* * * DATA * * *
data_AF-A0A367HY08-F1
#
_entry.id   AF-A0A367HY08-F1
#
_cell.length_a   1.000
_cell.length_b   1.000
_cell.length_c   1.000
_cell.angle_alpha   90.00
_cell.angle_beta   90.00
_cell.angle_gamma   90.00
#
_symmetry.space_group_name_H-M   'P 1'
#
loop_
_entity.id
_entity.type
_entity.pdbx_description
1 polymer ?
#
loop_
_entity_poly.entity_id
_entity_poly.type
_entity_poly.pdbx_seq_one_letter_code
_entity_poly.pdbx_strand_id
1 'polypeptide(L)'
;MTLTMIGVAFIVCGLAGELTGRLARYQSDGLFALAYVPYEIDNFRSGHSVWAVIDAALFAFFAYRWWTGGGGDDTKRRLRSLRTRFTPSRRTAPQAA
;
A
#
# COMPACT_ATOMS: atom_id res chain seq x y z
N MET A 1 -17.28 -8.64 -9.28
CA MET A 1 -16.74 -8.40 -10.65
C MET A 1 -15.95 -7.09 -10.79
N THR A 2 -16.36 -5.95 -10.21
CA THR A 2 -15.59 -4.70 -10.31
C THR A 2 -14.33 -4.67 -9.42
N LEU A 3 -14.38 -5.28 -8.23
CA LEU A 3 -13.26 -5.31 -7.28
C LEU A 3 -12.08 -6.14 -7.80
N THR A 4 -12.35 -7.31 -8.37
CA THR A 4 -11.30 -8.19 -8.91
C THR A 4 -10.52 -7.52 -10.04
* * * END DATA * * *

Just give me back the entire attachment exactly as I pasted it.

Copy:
data_AF-A0A367HY08-F1
#
_entry.id   AF-A0A367HY08-F1
#
_cell.length_a   1.000
_cell.length_b   1.000
_cell.length_c   1.000
_cell.angle_alpha   90.00
_cell.angle_beta   90.00
_cell.angle_gamma   90.00
#
_symmetry.space_group_name_H-M   'P 1'
#
loop_
_entity.id
_entity.type
_entity.pdbx_description
1 polymer ?
#
loop_
_entity_poly.entity_id
_entity_poly.type
_entity_poly.pdbx_seq_one_letter_code
_entity_poly.pdbx_strand_id
1 'polypeptide(L)'
;MTLTMIGVAFIVCGLAGELTGRLARYQSDGLFALAYVPYEIDNFRSGHSVWAVIDAALFAFFAYRWWTGGGGDDTKRRLRSLRTRFTPSRRTAPQAA
;
A
#
# COMPACT_ATOMS: atom_id res chain seq x y z
N MET A 1 -17.28 -8.64 -9.28
CA MET A 1 -16.74 -8.40 -10.65
C MET A 1 -15.95 -7.09 -10.79
N THR A 2 -16.36 -5.95 -10.21
CA THR A 2 -15.59 -4.70 -10.31
C THR A 2 -14.33 -4.67 -9.42
N LEU A 3 -14.38 -5.28 -8.23
CA LEU A 3 -13.26 -5.31 -7.28
C LEU A 3 -12.08 -6.14 -7.80
N THR A 4 -12.35 -7.31 -8.37
CA THR A 4 -11.30 -8.19 -8.91
C THR A 4 -10.52 -7.52 -10.04